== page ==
Definitions for motiveˈmoʊ tɪv
This page provides all possible meanings and translations of the word motive
motivation, motive, need(noun)
the psychological feature that arouses an organism to action toward a desired goal; the reason for the action; that which gives purpose and direction to behavior
"we did not understand his motivation"; "he acted with the best of motives"
a theme that is repeated or elaborated in a piece of music
a design or figure that consists of recurring shapes or colors, as in architecture or decoration
causing or able to cause motion
"a motive force"; "motive power"; "motor energy"
motivative(a), motive(a), motivating(adj)
impelling to action
"it may well be that ethical language has primarily a motivative function"- Arthur Pap; "motive pleas"; "motivating arguments"
An incentive to act; a reason for doing something; anything that prompted a choice of action.
A motif; a theme or subject, especially one that is central to the work or often repeated.
If you listen carefully, you can hear the flutes mimicking the cello motive.
To prompt or incite by a motive or motives; to move.
Causing motion; having power to move, or tending to move; as, a motive argument; motive power.
Relating to motion and/or to its cause
that which moves; a mover
that which incites to action; anything prompting or exciting to choise, or moving the will; cause; reason; inducement; object
the theme or subject; a leading phrase or passage which is reproduced and varied through the course of a comor a movement; a short figure, or melodic germ, out of which a whole movement is develpoed. See also Leading motive, under Leading
that which produces conception, invention, or creation in the mind of the artist in undertaking his subject; the guiding or controlling idea manifested in a work of art, or any part of one
causing motion; having power to move, or tending to move; as, a motive argument; motive power
to prompt or incite by a motive or motives; to move
A motive, in law, especially criminal law, is the cause that moves people to induce a certain action. Motive, in itself, is not an element of any given crime; however, the legal system typically allows motive to be proven in order to make plausible the accused's reasons for committing a crime, at least when those motives may be obscure or hard to identify with. The law technically distinguishes between motive and intent. "Intent" in criminal law is synonymous with mens rea, which means no more than the specific mental purpose to perform a deed that is forbidden by a criminal statute, or the reckless disregard of whether the law will be violated. "Motive" describes instead the reasons in the accused's background and station in life that are supposed to have induced the crime. Motive is particularly important in prosecutions for homicide. First, murder is so drastic a crime that most people recoil from the thought of being able to do it; proof of motive explains why the accused did so desperate an act. Moreover, most common law jurisdictions have statutes that provide for degrees of homicide, based in part on the accused's mental state. The lesser offence of voluntary manslaughter, for example, traditionally required that the accused knowingly and voluntarily kill the victim; in addition, it must be shown that the killing took place in the "sudden heat of passion," an excess of rage or anger coming from a contemporary provocation, which clouded the accused's judgment. Homicides motivated by such factors are a lesser offense than murder "in cold blood."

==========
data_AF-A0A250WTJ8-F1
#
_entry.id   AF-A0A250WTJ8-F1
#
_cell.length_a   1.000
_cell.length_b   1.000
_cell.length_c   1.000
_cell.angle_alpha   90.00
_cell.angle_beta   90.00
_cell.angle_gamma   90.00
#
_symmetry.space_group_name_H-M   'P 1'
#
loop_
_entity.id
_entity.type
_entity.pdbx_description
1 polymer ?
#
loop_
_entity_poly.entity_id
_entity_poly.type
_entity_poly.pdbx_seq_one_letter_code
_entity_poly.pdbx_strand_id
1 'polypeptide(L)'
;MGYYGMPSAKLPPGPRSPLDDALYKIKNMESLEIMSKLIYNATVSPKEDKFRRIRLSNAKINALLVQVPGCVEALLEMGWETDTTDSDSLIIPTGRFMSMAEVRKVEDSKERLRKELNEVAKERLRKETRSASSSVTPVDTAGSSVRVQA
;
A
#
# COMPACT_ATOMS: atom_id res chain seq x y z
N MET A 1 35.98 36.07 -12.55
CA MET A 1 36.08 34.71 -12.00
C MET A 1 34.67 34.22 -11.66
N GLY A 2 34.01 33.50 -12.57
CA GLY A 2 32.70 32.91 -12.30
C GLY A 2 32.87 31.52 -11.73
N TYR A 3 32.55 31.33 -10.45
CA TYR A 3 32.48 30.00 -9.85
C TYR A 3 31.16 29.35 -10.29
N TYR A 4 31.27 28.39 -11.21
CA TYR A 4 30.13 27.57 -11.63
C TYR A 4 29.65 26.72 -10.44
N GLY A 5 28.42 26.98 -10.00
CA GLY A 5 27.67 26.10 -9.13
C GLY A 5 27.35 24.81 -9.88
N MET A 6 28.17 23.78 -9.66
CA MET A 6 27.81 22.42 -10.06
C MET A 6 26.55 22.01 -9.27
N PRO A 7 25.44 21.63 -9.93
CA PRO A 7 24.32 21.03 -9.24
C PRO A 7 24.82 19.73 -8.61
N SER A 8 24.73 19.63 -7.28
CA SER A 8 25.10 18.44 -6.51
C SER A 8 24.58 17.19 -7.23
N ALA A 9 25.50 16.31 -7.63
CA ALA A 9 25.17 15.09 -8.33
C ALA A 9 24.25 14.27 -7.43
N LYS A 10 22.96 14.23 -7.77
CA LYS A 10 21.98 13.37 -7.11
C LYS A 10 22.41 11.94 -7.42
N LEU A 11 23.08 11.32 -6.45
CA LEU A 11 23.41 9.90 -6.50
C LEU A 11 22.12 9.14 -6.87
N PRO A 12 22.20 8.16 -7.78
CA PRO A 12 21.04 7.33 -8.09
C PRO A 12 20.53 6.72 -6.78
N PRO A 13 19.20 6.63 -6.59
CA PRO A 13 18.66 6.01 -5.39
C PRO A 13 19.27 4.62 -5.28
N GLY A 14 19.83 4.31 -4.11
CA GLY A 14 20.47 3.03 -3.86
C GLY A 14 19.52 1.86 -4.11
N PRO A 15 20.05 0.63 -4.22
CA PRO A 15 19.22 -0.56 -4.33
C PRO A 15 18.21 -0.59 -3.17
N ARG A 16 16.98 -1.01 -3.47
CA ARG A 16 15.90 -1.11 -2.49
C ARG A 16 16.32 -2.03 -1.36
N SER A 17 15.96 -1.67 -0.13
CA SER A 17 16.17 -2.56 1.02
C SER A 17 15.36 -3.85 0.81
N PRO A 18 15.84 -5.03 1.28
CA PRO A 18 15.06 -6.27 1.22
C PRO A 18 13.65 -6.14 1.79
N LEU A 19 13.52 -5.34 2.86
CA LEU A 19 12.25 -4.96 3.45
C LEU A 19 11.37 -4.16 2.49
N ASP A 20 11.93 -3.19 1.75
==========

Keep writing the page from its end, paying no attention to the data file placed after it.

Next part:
Chambers 20th Century Dictionary
mō′tiv, adj. causing motion: having power to cause motion.—n. that which moves or excites to action: inducement: reason.—v.t. to act on as a motive, instigate.—v.t. Mō′tivāte, to act on as a motive, induce.—n. Motivā′tion.—adj. Mōtiveless.—ns. Mō′tivelessness; Mō′tive-power, or -force, the force acting upon a body so as to cause it to move; Motiv′ity, power of producing motion: the quality of being influenced by motion. [Fr., through Low L., from movēre, mōtum to move.]
British National Corpus
Rank popularity for the word 'motive' in Nouns Frequency: #1796
The numerical value of motive in Chaldean Numerology is: 9
The numerical value of motive in Pythagorean Numerology is: 3
Sample Sentences & Example Usage
substantial motive and means to flee.
Darlie had no motive at all, and Darin had $250,000 worth of motive.
We have interviewed a ton of people. We don't have a motive or anything at this point—no suspect, no motive.
To act from pure benevolence is not possible for finite beings. Human benevolence is mingled with vanity, interest, or some other motive.
How to gain, how to keep, how to recover happiness is in fact for most men at all times the secret motive of all they do, and of all they are willing to endure.
Images & Illustrations of motive
Translations for motive
From our Multilingual Translation Dictionary
- motiuCatalan, Valencian
- pohnutka, motiv, hybnýCzech
- bevæggrund, motivDanish
- Beweggrund, MotivGerman
- aihe, liikunta, liike, motivoida, liikkeellepaneva, motiivi, vaikutinFinnish
- motif, moteur, motiver, mouvant, thème, mobileFrench
- מניע, מוטיבHebrew
- 동기, 動機Korean
- onderwerp, motief, motioneel, beweegreden, motivatie, bewegend, motiverenDutch
- rațiune, motivRomanian
- мотив, поводRussian
- мо̀тӣв, mòtīvSerbo-Croatian
- động cơ, 動機Vietnamese
Get even more translations for motive »
Find a translation for the motive definition in other languages:
Select another language: